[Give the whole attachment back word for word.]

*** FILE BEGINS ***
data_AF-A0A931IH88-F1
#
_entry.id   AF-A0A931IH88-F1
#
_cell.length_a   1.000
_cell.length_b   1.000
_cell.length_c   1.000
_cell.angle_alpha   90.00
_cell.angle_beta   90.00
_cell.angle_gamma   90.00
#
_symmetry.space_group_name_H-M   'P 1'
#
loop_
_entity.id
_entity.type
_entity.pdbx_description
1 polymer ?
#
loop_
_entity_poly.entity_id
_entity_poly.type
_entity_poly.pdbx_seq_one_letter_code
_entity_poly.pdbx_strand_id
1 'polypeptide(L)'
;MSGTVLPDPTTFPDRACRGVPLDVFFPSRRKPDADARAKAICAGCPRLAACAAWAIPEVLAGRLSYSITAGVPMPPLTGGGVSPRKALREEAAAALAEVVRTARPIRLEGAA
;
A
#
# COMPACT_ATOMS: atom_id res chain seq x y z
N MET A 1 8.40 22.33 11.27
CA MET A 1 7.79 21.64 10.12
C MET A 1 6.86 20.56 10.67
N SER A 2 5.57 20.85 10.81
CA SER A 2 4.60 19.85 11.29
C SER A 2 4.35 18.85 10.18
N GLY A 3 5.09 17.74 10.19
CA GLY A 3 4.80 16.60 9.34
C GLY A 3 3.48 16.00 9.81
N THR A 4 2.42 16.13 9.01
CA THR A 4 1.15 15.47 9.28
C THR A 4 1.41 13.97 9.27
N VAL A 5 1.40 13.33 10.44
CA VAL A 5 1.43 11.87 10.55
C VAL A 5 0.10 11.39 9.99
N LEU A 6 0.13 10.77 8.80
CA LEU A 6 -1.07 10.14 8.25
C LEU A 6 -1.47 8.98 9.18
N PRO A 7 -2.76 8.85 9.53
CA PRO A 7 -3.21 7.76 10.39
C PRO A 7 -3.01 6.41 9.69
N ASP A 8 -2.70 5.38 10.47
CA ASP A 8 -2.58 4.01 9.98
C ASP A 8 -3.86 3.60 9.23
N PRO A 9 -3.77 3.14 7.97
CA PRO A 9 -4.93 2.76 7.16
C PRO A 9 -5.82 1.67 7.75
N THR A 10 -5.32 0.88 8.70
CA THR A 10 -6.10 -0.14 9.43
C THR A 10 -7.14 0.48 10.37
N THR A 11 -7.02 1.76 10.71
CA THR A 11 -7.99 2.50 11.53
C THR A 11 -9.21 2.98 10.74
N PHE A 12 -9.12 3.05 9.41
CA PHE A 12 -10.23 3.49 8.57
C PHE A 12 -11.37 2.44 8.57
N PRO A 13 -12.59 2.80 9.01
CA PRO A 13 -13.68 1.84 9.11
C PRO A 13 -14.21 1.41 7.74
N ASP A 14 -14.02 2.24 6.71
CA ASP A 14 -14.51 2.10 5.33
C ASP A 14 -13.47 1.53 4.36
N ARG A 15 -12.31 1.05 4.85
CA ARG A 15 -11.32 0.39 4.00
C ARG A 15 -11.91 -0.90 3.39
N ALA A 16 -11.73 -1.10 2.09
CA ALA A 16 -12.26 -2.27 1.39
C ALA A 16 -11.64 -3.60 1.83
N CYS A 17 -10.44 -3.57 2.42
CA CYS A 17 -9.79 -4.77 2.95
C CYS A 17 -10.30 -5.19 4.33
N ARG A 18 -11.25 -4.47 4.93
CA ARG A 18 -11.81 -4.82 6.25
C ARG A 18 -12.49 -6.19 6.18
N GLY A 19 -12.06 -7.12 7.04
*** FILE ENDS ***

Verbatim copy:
data_AF-A0A931IH88-F1
#
_entry.id   AF-A0A931IH88-F1
#
_cell.length_a   1.000
_cell.length_b   1.000
_cell.length_c   1.000
_cell.angle_alpha   90.00
_cell.angle_beta   90.00
_cell.angle_gamma   90.00
#
_symmetry.space_group_name_H-M   'P 1'
#
loop_
_entity.id
_entity.type
_entity.pdbx_description
1 polymer ?
#
loop_
_entity_poly.entity_id
_entity_poly.type
_entity_poly.pdbx_seq_one_letter_code
_entity_poly.pdbx_strand_id
1 'polypeptide(L)'
;MSGTVLPDPTTFPDRACRGVPLDVFFPSRRKPDADARAKAICAGCPRLAACAAWAIPEVLAGRLSYSITAGVPMPPLTGGGVSPRKALREEAAAALAEVVRTARPIRLEGAA
;
A
#
# COMPACT_ATOMS: atom_id res chain seq x y z
N MET A 1 8.40 22.33 11.27
CA MET A 1 7.79 21.64 10.12
C MET A 1 6.86 20.56 10.67
N SER A 2 5.57 20.85 10.81
CA SER A 2 4.60 19.85 11.29
C SER A 2 4.35 18.85 10.18
N GLY A 3 5.09 17.74 10.19
CA GLY A 3 4.80 16.60 9.34
C GLY A 3 3.48 16.00 9.81
N THR A 4 2.42 16.13 9.01
CA THR A 4 1.15 15.47 9.28
C THR A 4 1.41 13.97 9.27
N VAL A 5 1.40 13.33 10.44
CA VAL A 5 1.43 11.87 10.55
C VAL A 5 0.10 11.39 9.99
N LEU A 6 0.13 10.77 8.80
CA LEU A 6 -1.07 10.14 8.25
C LEU A 6 -1.47 8.98 9.18
N PRO A 7 -2.76 8.85 9.53
CA PRO A 7 -3.21 7.76 10.39
C PRO A 7 -3.01 6.41 9.69
N ASP A 8 -2.70 5.38 10.47
CA ASP A 8 -2.58 4.01 9.98
C ASP A 8 -3.86 3.60 9.23
N PRO A 9 -3.77 3.14 7.97
CA PRO A 9 -4.93 2.76 7.16
C PRO A 9 -5.82 1.67 7.75
N THR A 10 -5.32 0.88 8.70
CA THR A 10 -6.10 -0.14 9.43
C THR A 10 -7.14 0.48 10.37
N THR A 11 -7.02 1.76 10.71
CA THR A 11 -7.99 2.50 11.53
C THR A 11 -9.21 2.98 10.74
N PHE A 12 -9.12 3.05 9.41
CA PHE A 12 -10.23 3.49 8.57
C PHE A 12 -11.37 2.44 8.57
N PRO A 13 -12.59 2.80 9.01
CA PRO A 13 -13.68 1.84 9.11
C PRO A 13 -14.21 1.41 7.74
N ASP A 14 -14.02 2.24 6.71
CA ASP A 14 -14.51 2.10 5.33
C ASP A 14 -13.47 1.53 4.36
N ARG A 15 -12.31 1.05 4.85
CA ARG A 15 -11.32 0.39 4.00
C ARG A 15 -11.91 -0.90 3.39
N ALA A 16 -11.73 -1.10 2.09
CA ALA A 16 -12.26 -2.27 1.39
C ALA A 16 -11.64 -3.60 1.83
N CYS A 17 -10.44 -3.57 2.42
CA CYS A 17 -9.79 -4.77 2.95
C CYS A 17 -10.30 -5.19 4.33
N ARG A 18 -11.25 -4.47 4.93
CA ARG A 18 -11.81 -4.82 6.25
C ARG A 18 -12.49 -6.19 6.18
N GLY A 19 -12.06 -7.12 7.04